Indeed, OTA updates will likely become routine for all cars for that very reason—timely security updates will be needed when hackers go after those 3,000-pound computers on wheels.”

SEE ALSO: Computers at Risk (1991), Smart Homes (2011), Subscription Software “Popularized” (2013), Wikileaks Vault 7 CIA Surveillance and Cyberwarfare (2017)

Don’t think of the Tesla as a car with a computer; think of it as a computer that has wheels.

Fair Use Sources: B07C2NQSPV

Cloud Data Science - Big Data DevSecOps-Security-Privacy History Software Engineering

Data Breaches – 2014 AD

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Data Breaches

“In 2014, data breaches touched individuals on a scale not seen before, in terms of both the amount and the sensitivity of the data that was stolen. These hacks served as a wake-up call to the world about the reality of living a digitally dependent way of life—both for individuals and for corporate data masters.”

“Most news coverage of data breaches focused on losses suffered by corporations and government agencies in North America—not because these systems were especially vulnerable, but because laws required public disclosure. High-profile attacks affected millions of accounts with companies including Target (in late 2013), JPMorgan Chase, and eBay. Midway through the year”, it was revealed that the Obama Administration’s United States Office of Personnel Management (OPM) was hacked via out-sourced contractors connected to the Chinese Communist government and “that highly personal (and sensitive) information belonging to 18 million former, current, and prospective federal and military employees had been stolen. Meanwhile, information associated with at least half a billion user accounts at Yahoo! was being hacked, although this information wouldn’t come out until 2016.”

Data from organizations outside the US was no less immune. The European Central Bank, HSBC Turkey, and others were hit. These hacks represented millions of victims across a spectrum of industries, such as banking, government, entertainment, retail, and health. While some of the industry and government datasets ended up online, available to the highest bidder in the criminal underground, many other datasets did not, fueling speculation and public discourse about why and what could be done with such data.

The 2014 breaches also expanded the public’s understanding about the value of certain types of hacked data beyond the traditional categories of credit card numbers, names, and addresses. The November 24, 2014, hack of Sony Pictures, for example, didn’t just temporarily shut down the film studio: the hackers also exposed personal email exchanges, harmed creative intellectual property, and rekindled threats against the studio’s freedom of expression, allegedly in retaliation for the studio’s decision to participate in the release of a Hollywood movie critical of a foreign government.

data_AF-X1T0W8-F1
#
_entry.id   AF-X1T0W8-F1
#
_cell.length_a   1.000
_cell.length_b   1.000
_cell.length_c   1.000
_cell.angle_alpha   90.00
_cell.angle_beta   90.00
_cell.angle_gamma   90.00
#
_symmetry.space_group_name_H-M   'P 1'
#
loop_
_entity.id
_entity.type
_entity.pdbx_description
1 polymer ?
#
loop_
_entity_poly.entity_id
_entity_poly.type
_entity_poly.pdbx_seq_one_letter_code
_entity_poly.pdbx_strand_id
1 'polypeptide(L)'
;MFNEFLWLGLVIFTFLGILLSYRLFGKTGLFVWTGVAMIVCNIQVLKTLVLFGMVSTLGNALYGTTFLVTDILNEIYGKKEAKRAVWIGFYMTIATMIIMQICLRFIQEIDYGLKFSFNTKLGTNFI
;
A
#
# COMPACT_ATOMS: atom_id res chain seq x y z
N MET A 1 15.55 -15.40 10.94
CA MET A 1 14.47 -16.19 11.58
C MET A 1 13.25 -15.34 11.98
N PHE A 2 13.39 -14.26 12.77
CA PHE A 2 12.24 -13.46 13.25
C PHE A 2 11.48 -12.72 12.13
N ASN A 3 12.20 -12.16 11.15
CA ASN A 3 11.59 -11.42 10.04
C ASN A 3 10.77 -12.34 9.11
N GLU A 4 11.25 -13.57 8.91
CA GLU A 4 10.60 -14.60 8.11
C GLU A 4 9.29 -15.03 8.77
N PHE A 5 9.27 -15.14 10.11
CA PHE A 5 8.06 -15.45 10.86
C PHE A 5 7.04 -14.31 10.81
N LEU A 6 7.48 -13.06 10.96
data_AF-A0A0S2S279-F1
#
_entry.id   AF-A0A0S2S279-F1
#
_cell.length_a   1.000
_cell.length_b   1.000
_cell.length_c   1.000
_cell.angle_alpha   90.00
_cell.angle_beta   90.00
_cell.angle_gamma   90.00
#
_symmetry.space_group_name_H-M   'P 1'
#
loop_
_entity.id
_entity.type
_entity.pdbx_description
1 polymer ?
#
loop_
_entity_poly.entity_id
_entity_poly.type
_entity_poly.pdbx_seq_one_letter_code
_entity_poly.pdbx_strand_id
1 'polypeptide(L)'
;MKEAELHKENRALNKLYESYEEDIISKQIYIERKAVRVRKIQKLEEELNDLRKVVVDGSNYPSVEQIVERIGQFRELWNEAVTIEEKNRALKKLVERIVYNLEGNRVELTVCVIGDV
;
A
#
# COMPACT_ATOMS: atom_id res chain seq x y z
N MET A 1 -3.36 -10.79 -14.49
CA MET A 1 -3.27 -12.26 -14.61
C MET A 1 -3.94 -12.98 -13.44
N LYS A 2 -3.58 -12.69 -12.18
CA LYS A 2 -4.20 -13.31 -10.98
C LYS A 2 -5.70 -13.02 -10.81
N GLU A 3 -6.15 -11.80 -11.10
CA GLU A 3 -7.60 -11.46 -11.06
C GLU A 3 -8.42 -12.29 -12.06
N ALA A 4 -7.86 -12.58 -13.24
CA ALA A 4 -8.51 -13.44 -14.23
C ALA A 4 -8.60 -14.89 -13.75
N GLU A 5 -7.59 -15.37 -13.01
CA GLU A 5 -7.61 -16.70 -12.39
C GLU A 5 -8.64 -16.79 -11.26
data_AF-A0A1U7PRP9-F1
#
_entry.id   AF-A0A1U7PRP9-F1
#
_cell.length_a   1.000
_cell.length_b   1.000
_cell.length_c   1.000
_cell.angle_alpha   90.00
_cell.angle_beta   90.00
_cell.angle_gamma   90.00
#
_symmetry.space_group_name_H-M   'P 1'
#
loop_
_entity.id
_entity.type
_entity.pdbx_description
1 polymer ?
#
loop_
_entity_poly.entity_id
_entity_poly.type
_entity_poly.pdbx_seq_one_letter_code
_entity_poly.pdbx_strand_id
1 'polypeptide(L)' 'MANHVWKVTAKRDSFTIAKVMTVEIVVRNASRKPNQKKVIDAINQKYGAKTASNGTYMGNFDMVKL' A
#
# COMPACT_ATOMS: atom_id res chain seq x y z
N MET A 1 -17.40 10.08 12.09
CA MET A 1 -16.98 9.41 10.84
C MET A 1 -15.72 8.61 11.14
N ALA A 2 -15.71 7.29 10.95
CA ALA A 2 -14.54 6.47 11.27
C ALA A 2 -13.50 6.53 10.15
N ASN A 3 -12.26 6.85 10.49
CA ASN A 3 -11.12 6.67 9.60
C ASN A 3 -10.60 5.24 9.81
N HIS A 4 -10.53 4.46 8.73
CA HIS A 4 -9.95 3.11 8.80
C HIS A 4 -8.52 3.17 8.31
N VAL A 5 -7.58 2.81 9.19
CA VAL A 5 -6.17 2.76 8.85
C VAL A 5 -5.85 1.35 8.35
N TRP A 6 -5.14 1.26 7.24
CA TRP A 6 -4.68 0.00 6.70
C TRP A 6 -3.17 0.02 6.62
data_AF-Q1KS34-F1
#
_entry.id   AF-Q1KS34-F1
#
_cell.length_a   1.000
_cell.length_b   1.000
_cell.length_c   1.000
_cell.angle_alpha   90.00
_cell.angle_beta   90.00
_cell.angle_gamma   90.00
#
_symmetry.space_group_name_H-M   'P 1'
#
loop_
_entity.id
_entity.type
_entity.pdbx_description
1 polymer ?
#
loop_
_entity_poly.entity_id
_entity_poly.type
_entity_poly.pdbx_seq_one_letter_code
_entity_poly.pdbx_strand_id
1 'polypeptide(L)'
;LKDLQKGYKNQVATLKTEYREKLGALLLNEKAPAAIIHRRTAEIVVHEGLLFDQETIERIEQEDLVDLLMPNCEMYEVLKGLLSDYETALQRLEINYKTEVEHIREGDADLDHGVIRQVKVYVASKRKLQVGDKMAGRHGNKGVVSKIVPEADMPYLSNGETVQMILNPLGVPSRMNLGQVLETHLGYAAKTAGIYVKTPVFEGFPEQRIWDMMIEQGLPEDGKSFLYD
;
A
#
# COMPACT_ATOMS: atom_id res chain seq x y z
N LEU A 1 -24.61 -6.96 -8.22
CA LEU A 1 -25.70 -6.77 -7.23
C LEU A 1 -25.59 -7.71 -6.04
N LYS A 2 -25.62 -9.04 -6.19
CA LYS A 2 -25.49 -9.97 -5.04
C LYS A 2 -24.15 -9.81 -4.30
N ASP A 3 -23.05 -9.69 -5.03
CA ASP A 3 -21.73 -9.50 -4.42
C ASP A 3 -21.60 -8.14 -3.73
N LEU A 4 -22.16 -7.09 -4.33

Perhaps most importantly, the 2014 breaches exposed the generally poor state of software security, best practices, and experts’ digital acumen across the world. The seams between the old world and that of a world with modern, networked technology were not as neatly stitched as many had assumed.”

SEE ALSO Morris Worm (1988), Cyber Weapons (2010)

Since 2014, high-profile data breaches have affected billions of people worldwide.

Fair Use Sources: B07C2NQSPV

History Software Engineering

Subscription Software “Popularized” – 2013 AD

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Subscription Software

“In 2013, Adobe stopped selling copies of its tremendously popular Photoshop and Illustrator programs and instead started to rent them. Microsoft and others would soon follow. The era of “subscription software” had arrived.

Despite providing many economically sound reasons why this move was in the interest of its customers (and of course equally good for the company’s bottom line), Adobe’s announcement was met with a wave of negativity and petitions to reinstate the traditional purchase model. Why? Because many customers didn’t upgrade their software every year, and they resented being put in the position of having to pay up annually or have their software stop working.

Purchasing subscriptions for digital services was not new—cable TV, streaming video, and telephone service are all sold by subscription. Software as a product, however, had been different since the birth of the microcomputer. Even though Adobe’s Photoshop is as much a series of 1s and 0s as a streaming movie, consumers did not experience it that way, because they traditionally did not receive it that way. Since it first went on sale in 1988, Photoshop had been sold as a physical object, packaged on floppy disk, CD, or DVD. It was a physical, tactile, or otherwise visible exchange of money for goods. But once the CD or DVD “packaging” of those 1s and 0s was replaced with the delivery of bits over a network connection, it was only a matter of time until the publisher decided to attach a time limit to that purchase. People were not just confused; they were downright furious.